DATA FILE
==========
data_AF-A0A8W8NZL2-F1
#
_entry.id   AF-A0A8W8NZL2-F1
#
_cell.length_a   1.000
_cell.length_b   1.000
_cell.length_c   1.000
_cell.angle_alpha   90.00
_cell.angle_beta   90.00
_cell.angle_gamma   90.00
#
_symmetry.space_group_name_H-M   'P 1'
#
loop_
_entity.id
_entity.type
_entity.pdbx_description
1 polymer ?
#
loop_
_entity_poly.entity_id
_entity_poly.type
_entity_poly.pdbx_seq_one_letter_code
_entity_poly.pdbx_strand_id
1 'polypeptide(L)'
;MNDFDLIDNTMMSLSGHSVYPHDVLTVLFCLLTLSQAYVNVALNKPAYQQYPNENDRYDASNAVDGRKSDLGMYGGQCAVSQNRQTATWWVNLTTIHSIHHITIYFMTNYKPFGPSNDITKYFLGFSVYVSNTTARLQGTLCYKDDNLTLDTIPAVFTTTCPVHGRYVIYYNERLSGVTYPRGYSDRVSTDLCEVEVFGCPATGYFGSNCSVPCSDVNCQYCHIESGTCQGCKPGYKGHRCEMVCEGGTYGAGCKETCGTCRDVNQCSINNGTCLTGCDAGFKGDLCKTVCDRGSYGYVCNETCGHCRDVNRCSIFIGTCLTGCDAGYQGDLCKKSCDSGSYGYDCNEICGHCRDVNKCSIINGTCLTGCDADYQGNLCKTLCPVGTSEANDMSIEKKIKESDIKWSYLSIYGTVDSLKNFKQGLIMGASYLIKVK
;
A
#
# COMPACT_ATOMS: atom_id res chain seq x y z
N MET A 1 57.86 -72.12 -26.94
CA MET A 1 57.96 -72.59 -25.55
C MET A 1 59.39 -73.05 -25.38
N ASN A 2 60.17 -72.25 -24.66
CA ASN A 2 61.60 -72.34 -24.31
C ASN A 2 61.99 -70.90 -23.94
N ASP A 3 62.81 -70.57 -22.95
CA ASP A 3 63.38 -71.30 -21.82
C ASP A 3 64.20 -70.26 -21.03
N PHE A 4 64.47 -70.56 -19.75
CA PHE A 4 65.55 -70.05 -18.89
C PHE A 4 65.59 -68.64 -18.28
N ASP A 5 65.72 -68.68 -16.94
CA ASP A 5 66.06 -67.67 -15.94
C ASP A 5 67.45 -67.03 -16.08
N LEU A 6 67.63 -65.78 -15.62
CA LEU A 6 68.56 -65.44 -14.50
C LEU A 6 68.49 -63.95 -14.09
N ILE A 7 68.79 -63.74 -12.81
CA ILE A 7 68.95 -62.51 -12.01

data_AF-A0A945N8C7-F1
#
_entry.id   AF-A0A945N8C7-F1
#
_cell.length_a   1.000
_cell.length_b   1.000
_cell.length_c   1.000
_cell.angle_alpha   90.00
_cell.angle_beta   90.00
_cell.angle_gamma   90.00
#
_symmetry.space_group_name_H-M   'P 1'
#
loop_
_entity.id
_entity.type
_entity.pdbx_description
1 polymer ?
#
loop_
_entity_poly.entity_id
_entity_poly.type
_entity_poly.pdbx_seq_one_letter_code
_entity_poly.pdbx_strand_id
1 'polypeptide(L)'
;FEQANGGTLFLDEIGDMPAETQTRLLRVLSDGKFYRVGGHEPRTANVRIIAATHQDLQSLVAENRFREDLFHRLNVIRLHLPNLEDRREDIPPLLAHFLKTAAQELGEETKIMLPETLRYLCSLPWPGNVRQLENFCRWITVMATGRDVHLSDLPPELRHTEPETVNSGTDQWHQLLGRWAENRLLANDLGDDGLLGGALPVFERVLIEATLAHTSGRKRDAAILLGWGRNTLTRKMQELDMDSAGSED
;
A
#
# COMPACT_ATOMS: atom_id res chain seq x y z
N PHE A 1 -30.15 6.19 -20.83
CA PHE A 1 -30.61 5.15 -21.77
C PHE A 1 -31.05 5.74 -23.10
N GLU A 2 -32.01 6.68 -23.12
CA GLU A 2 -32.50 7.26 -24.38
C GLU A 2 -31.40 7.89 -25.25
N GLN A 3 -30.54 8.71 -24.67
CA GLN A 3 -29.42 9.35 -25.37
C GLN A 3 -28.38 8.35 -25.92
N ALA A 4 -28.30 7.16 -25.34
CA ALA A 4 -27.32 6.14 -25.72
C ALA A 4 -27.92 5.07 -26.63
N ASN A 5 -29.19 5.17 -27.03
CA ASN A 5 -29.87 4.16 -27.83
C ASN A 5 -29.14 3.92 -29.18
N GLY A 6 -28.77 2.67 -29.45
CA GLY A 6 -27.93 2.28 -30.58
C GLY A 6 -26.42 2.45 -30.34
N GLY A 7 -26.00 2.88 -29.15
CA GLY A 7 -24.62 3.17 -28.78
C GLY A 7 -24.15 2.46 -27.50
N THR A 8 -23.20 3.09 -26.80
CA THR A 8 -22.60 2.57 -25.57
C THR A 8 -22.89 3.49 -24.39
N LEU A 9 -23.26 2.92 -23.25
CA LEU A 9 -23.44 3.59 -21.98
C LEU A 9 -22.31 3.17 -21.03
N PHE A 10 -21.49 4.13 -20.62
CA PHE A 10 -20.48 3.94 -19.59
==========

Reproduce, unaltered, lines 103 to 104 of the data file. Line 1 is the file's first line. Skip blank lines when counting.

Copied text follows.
CA THR A 8 -22.60 2.57 -25.57
C THR A 8 -22.89 3.49 -24.39